in order to get other voices heard in the debate, Democracy Now! found a way to include Jill Stein of the Green Party and Rocky Anderson of the Justice Party to answer the same questions asked of Obama and Romney in the mainstream debate. They had also invited the Libertarian candidate to participate, who declined. Still, it is encouraging to find that at least in small corners there is information NOT wholly managed by corporate interests, and I encourage anyone who is curious to check it out; it is a comfort to find serious people who reinforce our values while the mainstream goes further and further into la-la land. Link below:
Which brings us to:
This week’s tasting:
St Michael-Eppan Pinot Bianco ’10 Italy 91pts $12
Another winner from the alpine region of Alto Adige, this Pinot Bianco is again one of the stand-outs in San Michele’s 2010 releases. The aromas and flavors are beautifully delineated in this layered, expressive Pinot Bianco. White stone fruits, flowers and crushed rocks wrap around the insistent, layered finish. Anticipated maturity: 2012-2015.
For no particular or planned reason, it turns out that we have visited three of the four wineries whose wines we will be pouring this weekend, ranging from Bellingham to France to Spain. The first wine is NOT from an area we have visited, although by all accounts it (Alto Adige) is a stunning landscape, and I already know it produces exceptional and unusual wines. It is in far northern Italy, at the foot of the Alps, along the border with Austria.
Domaine Moulinier St. Chinian Rouge ’10 France $14
Typical of the domaine, this blend of syrah, grenache, and mourvedre is made for food, offering bright notes of dark berries and fruits, a hint of spice, excellent acidity, and nicely managed tannins.
Both we and many of our regulars have visited Domaine Moulinier in St. Chinian, tasted their wonderful wines, enjoyed hanging out with dad Guy and son Stephane, and been amazed at the museum-quality collection of fossils and ancient human artifacts, including Cro-Magnon and Neanderthal stone tools.
Celler Can Blau Can Blau ’09 Spain 90pts $15
The 2009 Can Blau is made up of 40% Carinena, 40% Syrah, and 20% Garnacha aged for 12 months in French oak. Wood smoke, spice box, incense, lavender, black cherry and plum aromas are followed by a mouth-filling, round, dense wine with outstanding grip and length. It over-delivers in a big way. Drink it over the next 6-8 years.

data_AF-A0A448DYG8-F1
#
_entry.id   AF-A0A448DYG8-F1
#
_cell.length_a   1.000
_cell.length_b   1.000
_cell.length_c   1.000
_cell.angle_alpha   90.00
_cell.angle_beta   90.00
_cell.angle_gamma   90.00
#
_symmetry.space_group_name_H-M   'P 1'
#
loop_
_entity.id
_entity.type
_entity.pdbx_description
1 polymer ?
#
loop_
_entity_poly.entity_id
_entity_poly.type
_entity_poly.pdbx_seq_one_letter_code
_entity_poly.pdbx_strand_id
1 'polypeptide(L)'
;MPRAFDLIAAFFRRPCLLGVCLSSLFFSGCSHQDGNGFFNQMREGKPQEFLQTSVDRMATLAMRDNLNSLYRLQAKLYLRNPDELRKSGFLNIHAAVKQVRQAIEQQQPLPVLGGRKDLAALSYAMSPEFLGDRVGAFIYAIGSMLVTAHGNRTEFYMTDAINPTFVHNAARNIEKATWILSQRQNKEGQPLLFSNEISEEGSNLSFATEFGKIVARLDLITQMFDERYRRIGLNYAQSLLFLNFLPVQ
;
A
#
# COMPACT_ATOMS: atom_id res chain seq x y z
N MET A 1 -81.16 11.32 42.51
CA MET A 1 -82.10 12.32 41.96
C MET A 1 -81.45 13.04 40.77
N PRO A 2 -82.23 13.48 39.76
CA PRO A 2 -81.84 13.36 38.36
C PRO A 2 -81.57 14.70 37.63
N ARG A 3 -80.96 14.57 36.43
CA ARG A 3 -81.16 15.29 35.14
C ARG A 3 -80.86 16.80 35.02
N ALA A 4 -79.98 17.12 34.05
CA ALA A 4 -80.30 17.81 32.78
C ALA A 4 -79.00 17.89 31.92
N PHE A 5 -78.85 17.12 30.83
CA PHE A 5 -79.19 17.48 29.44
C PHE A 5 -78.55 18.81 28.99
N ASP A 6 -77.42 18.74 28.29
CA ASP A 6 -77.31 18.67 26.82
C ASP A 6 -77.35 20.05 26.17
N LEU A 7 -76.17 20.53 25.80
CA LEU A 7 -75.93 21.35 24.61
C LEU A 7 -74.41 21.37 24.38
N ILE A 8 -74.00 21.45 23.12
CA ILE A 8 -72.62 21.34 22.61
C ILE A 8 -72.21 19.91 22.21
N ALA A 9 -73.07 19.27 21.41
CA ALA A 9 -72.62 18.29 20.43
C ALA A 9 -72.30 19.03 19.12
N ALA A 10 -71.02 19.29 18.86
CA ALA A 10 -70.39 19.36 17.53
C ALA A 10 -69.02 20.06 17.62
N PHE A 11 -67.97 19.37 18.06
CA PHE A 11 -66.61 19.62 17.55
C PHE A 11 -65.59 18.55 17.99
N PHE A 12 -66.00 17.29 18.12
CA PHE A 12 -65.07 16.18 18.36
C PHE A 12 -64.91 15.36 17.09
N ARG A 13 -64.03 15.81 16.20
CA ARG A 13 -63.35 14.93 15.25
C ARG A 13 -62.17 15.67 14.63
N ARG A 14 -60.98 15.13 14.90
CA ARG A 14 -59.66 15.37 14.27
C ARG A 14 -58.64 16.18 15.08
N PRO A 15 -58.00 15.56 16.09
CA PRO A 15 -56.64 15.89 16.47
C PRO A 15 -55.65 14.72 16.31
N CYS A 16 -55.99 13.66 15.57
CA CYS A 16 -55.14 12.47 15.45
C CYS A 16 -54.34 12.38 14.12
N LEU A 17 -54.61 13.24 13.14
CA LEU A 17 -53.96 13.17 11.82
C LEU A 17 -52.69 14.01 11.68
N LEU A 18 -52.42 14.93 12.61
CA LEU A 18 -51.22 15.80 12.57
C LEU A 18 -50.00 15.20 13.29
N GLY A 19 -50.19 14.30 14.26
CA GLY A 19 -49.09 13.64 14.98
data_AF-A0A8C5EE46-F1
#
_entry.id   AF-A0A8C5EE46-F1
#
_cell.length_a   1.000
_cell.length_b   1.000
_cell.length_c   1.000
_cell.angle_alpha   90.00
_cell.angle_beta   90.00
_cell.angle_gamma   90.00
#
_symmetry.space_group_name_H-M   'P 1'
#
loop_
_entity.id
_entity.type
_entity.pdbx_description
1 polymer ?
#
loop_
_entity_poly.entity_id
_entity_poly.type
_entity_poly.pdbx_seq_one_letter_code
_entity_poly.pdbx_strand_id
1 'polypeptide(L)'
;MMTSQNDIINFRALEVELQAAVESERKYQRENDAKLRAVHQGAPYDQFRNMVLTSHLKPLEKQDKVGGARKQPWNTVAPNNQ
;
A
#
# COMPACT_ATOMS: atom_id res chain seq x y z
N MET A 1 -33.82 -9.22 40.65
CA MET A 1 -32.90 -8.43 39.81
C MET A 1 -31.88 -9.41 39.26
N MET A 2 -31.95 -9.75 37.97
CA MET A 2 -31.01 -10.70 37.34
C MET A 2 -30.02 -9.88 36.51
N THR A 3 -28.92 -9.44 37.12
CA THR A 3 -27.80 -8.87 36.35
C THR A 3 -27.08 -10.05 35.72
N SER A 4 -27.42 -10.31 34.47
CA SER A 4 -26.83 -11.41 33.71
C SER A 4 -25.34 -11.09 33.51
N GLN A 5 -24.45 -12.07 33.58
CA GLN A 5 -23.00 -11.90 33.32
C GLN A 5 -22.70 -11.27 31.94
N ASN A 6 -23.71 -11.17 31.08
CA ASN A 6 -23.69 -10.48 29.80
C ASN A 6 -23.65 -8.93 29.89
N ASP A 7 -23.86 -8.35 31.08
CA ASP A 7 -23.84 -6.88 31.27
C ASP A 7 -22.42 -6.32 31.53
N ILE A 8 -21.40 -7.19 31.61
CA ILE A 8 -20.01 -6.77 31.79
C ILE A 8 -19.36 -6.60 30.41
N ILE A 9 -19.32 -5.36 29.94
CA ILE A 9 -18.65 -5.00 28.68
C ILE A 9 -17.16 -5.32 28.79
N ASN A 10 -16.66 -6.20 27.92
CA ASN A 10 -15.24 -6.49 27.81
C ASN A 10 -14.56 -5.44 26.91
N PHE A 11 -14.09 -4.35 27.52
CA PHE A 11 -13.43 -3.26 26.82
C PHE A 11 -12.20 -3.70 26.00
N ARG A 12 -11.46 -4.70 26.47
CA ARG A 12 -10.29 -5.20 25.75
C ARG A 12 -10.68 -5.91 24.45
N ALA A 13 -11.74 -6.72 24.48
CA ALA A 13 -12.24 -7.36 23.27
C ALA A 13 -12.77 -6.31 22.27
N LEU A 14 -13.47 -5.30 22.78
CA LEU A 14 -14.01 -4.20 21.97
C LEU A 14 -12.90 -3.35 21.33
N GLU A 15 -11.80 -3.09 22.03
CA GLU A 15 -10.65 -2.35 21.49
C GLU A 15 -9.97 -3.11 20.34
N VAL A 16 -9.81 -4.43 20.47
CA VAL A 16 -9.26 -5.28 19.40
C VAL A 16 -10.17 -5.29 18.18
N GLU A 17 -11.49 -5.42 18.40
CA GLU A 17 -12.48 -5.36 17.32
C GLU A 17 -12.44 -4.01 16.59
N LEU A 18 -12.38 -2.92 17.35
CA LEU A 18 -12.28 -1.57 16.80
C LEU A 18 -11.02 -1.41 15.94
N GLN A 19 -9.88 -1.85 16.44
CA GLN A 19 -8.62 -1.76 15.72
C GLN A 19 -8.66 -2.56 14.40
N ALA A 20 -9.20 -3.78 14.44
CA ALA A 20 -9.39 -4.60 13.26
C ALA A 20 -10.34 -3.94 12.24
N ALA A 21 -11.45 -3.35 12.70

It turns out that the Can Blau winery is NOT located in the Montsant region, where we visited last spring, even though that is where several of their wines originate. Spanish law requires that in order to carry the label of a region, the grapes must be grown AND the wine must be made in that region. So Can Blau is mostly made up of grapes grown in the Spanish region of Montsant, which surrounds the famous area of Priorat. The wines are actually made by the Can Blau winemaker (a woman we met very briefly) at the Masroig cooperative winery located in the village of, you guessed it, Masroig. You will recall that we have tasted several of the Masroig wines over the past month or two, including the Les Sorts rose, the Sola Fred, and the Vinyes Velles.
Masquerade Syrah ’07 Washington $22
Made by Bill and Jennifer Kimmerley in Bellingham from Burgess Vineyard in Pasco, this syrah is both fruity and crisp, a great accompaniment to the heavier fare we are starting to enjoy as our evenings are turning decidedly cooler.
Bill and Jennifer Kimmerley of Masquerade Winery in Bellingham did a special tasting of their wines here in June for the Schooner Zodiac Wine Cruise stop here at our shop, and we have poured them on other occasions during the summer. We keep their wines in stock, as we do with several neighborhood wineries. We encourage you to stop by their tasting room on Iowa street (open most weekday afternoons), and to come by this weekend to taste their syrah.